What have you always wondered about the economy? Tell Us
COVID-19

How might COVID-19 vaccine makers compete in the marketplace?

Andy Uhler Nov 17, 2020
Heard on:
HTML EMBED:
COPY
A volunteer takes part in a COVID-19 vaccination trial this summer in Hollywood, Florida. Joe Raedle/Getty Images
COVID-19

How might COVID-19 vaccine makers compete in the marketplace?

Andy Uhler Nov 17, 2020
Heard on:
A volunteer takes part in a COVID-19 vaccination trial this summer in Hollywood, Florida. Joe Raedle/Getty Images
HTML EMBED:
COPY

We got more promising news on the vaccine front Monday. Drugmaker Moderna said its COVID-19 vaccine is 94.5% effective. This comes just a week after drugmaker Pfizer reported a success rate of over 90%. And these two aren’t the only companies racing to produce a viable drug. Is it fair to call this a vaccine competition?

Moderna told investors in October it would have 20 million doses ready by the end of the year. Pfizer said it would have about 50 million by then.

Both companies are clearly racing to get their product to market as soon as possible, but “these vaccines won’t be ‘marketed’ in the usual sense,” said William Schaffner, an infectious disease expert at Vanderbilt University.

He said initially the government is going to be the main buyer and distributor of these vaccines, which means “the distribution should be coordinated rather than competitive.”

Schaffner said the CDC in Atlanta is preparing for distribution when the vaccines are ready.

And when the pandemic is behind us and COVID-19 is just another infectious disease, things might change, said Aaron Kesselheim, professor of medicine at Harvard Medical School.

“Then you might see some marketing competition between Pfizer and Moderna and whatever other manufacturers have a vaccine at that point as well,” he said.

Both vaccines would still need to be cleared by the FDA before distribution.

COVID-19 Economy FAQs

What’s the outlook for vaccine supply?

Chief executives of America’s COVID-19 vaccine makers promised in congressional testimony to deliver the doses promised to the U.S. government by summer. The projections of confidence come after months of supply chain challenges and companies falling short of year-end projections for 2020. What changed? In part, drugmakers that normally compete are now actually helping one another. This has helped solve several supply chain issues, but not all of them.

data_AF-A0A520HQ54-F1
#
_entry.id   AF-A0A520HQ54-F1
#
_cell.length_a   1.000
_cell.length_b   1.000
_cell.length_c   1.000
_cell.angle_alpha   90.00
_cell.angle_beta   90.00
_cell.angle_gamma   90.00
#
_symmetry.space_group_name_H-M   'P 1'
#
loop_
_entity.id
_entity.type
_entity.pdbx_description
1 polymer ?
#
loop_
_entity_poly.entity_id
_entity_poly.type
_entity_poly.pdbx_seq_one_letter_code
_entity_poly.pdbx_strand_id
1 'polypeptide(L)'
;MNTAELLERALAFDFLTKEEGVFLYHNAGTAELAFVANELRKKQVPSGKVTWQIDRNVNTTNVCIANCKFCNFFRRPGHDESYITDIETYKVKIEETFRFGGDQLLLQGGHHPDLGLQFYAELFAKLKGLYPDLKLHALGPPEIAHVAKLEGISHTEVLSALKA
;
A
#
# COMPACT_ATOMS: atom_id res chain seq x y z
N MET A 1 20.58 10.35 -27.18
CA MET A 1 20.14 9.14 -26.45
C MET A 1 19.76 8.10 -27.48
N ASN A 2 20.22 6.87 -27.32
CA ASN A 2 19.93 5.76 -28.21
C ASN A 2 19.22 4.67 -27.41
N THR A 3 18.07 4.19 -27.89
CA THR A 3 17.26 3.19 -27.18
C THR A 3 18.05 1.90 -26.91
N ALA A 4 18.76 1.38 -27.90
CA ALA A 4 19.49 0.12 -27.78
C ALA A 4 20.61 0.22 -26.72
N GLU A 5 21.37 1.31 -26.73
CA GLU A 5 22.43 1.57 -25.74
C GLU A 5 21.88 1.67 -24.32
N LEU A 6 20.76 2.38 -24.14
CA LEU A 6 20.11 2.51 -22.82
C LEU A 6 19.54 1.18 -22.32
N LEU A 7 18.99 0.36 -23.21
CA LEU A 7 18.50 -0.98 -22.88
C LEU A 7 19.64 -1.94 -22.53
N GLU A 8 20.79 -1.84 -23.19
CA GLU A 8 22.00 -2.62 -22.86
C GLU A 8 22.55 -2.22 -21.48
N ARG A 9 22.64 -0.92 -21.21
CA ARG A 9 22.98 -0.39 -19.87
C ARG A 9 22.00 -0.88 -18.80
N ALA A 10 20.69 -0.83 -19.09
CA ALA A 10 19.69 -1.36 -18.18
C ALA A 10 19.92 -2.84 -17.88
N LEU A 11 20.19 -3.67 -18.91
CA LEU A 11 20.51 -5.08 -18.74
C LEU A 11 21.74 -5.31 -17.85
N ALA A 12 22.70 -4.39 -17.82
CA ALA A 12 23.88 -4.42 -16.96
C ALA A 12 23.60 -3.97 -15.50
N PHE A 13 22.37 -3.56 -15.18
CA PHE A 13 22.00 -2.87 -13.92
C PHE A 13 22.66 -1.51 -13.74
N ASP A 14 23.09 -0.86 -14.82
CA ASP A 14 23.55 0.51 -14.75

How has the pandemic changed scientific research?

Over the past year, while some scientists turned their attention to COVID-19 and creating vaccines to fight it, most others had to pause their research — and re-imagine how to do it. Social distancing, limited lab capacity — “It’s less fun, I have to say. Like, for me the big part of the science is discussing the science with other people, getting excited about projects,” said Isabella Rauch, an immunologist at Oregon Health & Science University in Portland. Funding is also a big question for many.

What happened to all of the hazard pay essential workers were getting at the beginning of the pandemic?

Almost a year ago, when the pandemic began, essential workers were hailed as heroes. Back then, many companies gave hazard pay, an extra $2 or so per hour, for coming in to work. That quietly went away for most of them last summer. Without federal action, it’s mostly been up to local governments to create programs and mandates. They’ve helped compensate front-line workers, but they haven’t been perfect. “The solutions are small. They’re piecemeal,” said Molly Kinder at the Brookings Institution’s Metropolitan Policy Program. “You’re seeing these innovative pop-ups because we have failed overall to do something systematically.”

Read More

Collapse

News and information you need, from a source you trust.

In a world where it’s easier to find disinformation than real information, trustworthy journalism is critical to our democracy and our everyday lives. And you rely on Marketplace to be that objective, credible source, each and every day.

This vital work isn’t possible without you. Marketplace is sustained by our community of Investors—listeners, readers, and donors like you who believe that a free press is essential – and worth supporting.

Stand up for independent news—become a Marketplace Investor today with a donation in any amount.